Use it - and DON'T lose it!
六月 25 2012 作者 Laura Canning
Bringing a tent to a festival this summer? A budget one that you can just leave behind when you go? Please don't, say festival organisers, who are counting the costs of recycling and binning discarded tents after the event is over.
The Isle of Wight Festival, which was held last weekend, saw around 30,000 people attend with tents in 2011 – and one in six of these tents left behind, adding greatly to the clean-up times and costs.
This year, festival goers were urged to go green, and make sure they take their tent and other belongings home with them. Sustainability consultants to the festival, Eco Action Partnership, launched a ‘Love Your Tent’ campaign to encourage people to pack them up, take them home and reuse them.
Some festivals work with overseas aid charities to try and collect the tents for reuse in developing countries or as disaster emergency accommodation. But there are usually not enough volunteers to help with the clean-up operations after a major festival, and some tents are left damaged beyond use, so many are going straight to landfill.
Isle of Wight Festival promoter John Giddings said abandoned tents 'are one of the biggest environmental issues facing festival organisers today.’
He said: ‘Thousands of tents were abandoned at the Isle of Wight Festival in 2011 – that’s around one in six people leaving a tent behind. When you have up to 30,000 tents, it’s an astonishing figure, considering the majority end up in landfill.’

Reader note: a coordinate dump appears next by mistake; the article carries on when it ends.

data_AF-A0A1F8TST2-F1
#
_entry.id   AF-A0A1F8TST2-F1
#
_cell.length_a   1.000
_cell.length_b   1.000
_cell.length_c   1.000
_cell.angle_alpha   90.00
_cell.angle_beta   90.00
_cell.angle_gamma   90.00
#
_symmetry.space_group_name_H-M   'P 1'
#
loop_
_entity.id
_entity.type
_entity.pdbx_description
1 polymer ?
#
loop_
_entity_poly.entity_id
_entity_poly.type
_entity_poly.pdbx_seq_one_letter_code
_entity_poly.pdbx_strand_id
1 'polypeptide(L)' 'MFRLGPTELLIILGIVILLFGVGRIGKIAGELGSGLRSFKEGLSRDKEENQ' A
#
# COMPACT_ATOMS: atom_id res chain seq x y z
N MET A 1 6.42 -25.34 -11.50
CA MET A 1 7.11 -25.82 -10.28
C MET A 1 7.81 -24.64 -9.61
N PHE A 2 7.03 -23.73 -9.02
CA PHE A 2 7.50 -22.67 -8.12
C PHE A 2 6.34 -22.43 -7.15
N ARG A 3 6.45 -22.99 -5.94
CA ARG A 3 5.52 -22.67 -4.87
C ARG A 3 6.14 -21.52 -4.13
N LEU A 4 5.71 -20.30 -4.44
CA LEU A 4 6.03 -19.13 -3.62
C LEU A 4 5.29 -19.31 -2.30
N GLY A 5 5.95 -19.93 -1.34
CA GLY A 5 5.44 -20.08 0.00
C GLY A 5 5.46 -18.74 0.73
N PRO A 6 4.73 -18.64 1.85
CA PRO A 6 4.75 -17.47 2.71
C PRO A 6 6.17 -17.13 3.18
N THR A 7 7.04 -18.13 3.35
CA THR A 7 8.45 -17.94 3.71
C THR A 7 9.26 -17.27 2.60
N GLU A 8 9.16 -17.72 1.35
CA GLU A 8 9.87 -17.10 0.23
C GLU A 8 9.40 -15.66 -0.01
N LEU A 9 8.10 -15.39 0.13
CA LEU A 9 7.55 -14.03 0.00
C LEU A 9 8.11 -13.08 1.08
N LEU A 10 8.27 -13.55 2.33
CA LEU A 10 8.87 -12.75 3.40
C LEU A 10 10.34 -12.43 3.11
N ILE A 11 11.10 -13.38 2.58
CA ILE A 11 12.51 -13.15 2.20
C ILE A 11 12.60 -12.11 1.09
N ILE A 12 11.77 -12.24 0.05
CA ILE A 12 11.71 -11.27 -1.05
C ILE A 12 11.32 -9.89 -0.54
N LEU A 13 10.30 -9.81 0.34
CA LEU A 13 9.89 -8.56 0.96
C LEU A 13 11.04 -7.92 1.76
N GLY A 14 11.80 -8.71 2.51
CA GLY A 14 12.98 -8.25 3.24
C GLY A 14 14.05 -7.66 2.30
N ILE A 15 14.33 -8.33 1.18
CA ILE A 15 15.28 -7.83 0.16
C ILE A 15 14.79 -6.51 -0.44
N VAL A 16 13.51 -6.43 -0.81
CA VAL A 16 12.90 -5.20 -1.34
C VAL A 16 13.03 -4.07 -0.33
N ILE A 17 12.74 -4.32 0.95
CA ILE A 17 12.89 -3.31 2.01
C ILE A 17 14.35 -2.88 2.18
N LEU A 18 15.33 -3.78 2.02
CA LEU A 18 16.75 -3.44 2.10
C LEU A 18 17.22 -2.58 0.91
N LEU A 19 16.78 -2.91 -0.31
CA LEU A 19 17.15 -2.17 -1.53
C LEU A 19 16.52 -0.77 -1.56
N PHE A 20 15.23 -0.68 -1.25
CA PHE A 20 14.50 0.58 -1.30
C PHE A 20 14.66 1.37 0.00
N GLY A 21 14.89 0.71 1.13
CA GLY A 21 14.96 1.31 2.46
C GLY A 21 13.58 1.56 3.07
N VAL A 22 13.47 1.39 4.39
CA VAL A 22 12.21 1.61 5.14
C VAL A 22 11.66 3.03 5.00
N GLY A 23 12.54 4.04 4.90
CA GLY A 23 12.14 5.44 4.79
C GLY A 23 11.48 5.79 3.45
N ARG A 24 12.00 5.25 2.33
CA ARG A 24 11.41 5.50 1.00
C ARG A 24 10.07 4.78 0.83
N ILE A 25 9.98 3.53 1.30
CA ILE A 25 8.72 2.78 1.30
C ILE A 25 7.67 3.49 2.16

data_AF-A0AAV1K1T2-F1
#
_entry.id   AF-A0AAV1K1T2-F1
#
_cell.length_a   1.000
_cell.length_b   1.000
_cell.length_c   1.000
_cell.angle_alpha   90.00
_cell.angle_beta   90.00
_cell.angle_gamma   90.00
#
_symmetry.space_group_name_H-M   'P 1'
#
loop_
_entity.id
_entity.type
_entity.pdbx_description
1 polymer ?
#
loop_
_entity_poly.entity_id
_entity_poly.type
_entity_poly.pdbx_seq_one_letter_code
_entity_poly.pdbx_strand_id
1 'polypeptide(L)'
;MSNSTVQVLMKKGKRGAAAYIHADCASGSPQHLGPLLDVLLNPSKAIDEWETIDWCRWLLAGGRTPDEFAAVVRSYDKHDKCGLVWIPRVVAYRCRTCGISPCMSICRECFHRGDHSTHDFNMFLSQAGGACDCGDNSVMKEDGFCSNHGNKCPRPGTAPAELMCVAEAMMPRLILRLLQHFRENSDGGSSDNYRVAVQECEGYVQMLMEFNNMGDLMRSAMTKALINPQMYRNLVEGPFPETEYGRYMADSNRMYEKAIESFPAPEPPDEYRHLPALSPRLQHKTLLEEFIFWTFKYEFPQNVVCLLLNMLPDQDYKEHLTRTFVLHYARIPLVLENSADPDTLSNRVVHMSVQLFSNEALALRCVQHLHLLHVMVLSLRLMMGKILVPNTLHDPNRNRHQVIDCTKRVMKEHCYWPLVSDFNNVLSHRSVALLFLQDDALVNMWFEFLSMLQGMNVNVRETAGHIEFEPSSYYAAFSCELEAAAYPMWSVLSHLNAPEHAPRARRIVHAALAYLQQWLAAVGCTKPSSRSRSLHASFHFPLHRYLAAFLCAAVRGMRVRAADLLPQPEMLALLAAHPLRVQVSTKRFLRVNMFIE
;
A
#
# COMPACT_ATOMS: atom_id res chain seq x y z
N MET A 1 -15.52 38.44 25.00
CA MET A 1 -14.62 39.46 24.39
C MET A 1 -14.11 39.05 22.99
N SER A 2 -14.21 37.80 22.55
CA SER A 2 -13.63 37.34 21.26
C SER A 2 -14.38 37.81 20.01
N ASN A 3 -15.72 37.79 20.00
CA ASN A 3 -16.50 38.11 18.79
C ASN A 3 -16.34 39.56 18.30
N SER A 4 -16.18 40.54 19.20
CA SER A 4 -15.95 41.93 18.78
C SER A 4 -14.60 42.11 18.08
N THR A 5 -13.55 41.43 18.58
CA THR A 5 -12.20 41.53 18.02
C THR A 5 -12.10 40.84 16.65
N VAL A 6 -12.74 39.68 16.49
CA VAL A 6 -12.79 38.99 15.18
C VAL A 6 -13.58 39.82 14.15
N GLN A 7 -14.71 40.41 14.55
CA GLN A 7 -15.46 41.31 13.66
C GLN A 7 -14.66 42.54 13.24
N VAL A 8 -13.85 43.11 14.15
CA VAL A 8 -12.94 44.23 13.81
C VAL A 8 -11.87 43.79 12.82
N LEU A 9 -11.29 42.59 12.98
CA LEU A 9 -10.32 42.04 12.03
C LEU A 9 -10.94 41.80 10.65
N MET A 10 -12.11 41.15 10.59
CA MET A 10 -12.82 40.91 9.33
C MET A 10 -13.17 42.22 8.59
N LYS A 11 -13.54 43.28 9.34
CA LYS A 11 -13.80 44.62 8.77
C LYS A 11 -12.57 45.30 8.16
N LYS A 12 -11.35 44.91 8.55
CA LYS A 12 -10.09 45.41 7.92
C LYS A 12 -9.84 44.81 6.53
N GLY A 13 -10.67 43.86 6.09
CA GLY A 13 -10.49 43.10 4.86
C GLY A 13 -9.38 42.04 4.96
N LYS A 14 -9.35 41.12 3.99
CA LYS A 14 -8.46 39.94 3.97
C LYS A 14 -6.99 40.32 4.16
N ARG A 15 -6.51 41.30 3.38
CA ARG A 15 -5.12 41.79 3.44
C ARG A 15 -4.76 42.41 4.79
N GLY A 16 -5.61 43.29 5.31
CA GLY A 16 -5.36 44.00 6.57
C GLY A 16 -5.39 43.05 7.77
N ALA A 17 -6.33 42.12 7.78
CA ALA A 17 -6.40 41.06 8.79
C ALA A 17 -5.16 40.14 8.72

And while Glastonbury isn’t on this year, they’ve had increasing problems with abandoned tents in recent years, with thousands discarded last year there too.
A spokesman for Glastonbury said last year: ‘It's not a crime to leave a tent behind at a festival and I am anxious not to get angry with our customers…[But] the fact is that we need to dispel the myth that overseas aid charities are going to want a load of cheap tents from Asda because they don't.’
The Glastonbury organisers also tried to encourage festival goers to pack up their tents, with a blurb on their website saying last year that: ‘A tent is for life not just for a festival.’
It went on: ‘We want people to not just buy the cheapest tent, spend a little extra and buy yourself a tent that is going to last you a lifetime of camping experiences rather than just a festival or summer.’